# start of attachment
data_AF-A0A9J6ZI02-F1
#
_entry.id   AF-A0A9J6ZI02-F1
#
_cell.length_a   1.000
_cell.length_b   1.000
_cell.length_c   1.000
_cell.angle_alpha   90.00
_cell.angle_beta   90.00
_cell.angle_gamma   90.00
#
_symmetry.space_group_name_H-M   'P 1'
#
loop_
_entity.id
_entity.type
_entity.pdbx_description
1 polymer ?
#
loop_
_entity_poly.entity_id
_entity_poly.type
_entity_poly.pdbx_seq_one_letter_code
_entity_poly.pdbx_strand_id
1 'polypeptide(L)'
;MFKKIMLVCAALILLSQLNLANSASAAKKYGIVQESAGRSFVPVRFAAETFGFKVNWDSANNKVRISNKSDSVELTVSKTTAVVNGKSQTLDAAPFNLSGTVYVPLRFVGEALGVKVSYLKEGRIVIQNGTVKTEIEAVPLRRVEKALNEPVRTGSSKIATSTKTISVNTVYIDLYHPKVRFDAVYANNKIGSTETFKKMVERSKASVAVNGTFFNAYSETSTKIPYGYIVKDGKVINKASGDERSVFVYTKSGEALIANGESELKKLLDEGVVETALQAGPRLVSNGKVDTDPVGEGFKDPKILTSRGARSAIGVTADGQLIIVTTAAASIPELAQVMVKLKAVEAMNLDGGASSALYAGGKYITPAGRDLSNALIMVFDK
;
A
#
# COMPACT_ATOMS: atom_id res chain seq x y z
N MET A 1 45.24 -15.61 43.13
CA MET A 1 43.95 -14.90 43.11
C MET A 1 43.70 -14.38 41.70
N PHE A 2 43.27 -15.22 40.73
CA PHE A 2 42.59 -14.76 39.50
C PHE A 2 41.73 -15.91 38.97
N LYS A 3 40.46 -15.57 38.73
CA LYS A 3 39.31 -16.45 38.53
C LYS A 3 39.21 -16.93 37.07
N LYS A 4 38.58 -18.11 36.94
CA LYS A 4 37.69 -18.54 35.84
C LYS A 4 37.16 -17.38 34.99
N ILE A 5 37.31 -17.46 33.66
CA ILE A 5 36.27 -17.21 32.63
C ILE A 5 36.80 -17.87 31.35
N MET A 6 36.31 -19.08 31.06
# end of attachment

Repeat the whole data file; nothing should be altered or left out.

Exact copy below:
data_AF-A0A9J6ZI02-F1
#
_entry.id   AF-A0A9J6ZI02-F1
#
_cell.length_a   1.000
_cell.length_b   1.000
_cell.length_c   1.000
_cell.angle_alpha   90.00
_cell.angle_beta   90.00
_cell.angle_gamma   90.00
#
_symmetry.space_group_name_H-M   'P 1'
#
loop_
_entity.id
_entity.type
_entity.pdbx_description
1 polymer ?
#
loop_
_entity_poly.entity_id
_entity_poly.type
_entity_poly.pdbx_seq_one_letter_code
_entity_poly.pdbx_strand_id
1 'polypeptide(L)'
;MFKKIMLVCAALILLSQLNLANSASAAKKYGIVQESAGRSFVPVRFAAETFGFKVNWDSANNKVRISNKSDSVELTVSKTTAVVNGKSQTLDAAPFNLSGTVYVPLRFVGEALGVKVSYLKEGRIVIQNGTVKTEIEAVPLRRVEKALNEPVRTGSSKIATSTKTISVNTVYIDLYHPKVRFDAVYANNKIGSTETFKKMVERSKASVAVNGTFFNAYSETSTKIPYGYIVKDGKVINKASGDERSVFVYTKSGEALIANGESELKKLLDEGVVETALQAGPRLVSNGKVDTDPVGEGFKDPKILTSRGARSAIGVTADGQLIIVTTAAASIPELAQVMVKLKAVEAMNLDGGASSALYAGGKYITPAGRDLSNALIMVFDK
;
A
#
# COMPACT_ATOMS: atom_id res chain seq x y z
N MET A 1 45.24 -15.61 43.13
CA MET A 1 43.95 -14.90 43.11
C MET A 1 43.70 -14.38 41.70
N PHE A 2 43.27 -15.22 40.73
CA PHE A 2 42.59 -14.76 39.50
C PHE A 2 41.73 -15.91 38.97
N LYS A 3 40.46 -15.57 38.73
CA LYS A 3 39.31 -16.45 38.53
C LYS A 3 39.21 -16.93 37.07
N LYS A 4 38.58 -18.11 36.94
CA LYS A 4 37.69 -18.54 35.84
C LYS A 4 37.16 -17.38 34.99
N ILE A 5 37.31 -17.46 33.66
CA ILE A 5 36.27 -17.21 32.63
C ILE A 5 36.80 -17.87 31.35
N MET A 6 36.31 -19.08 31.06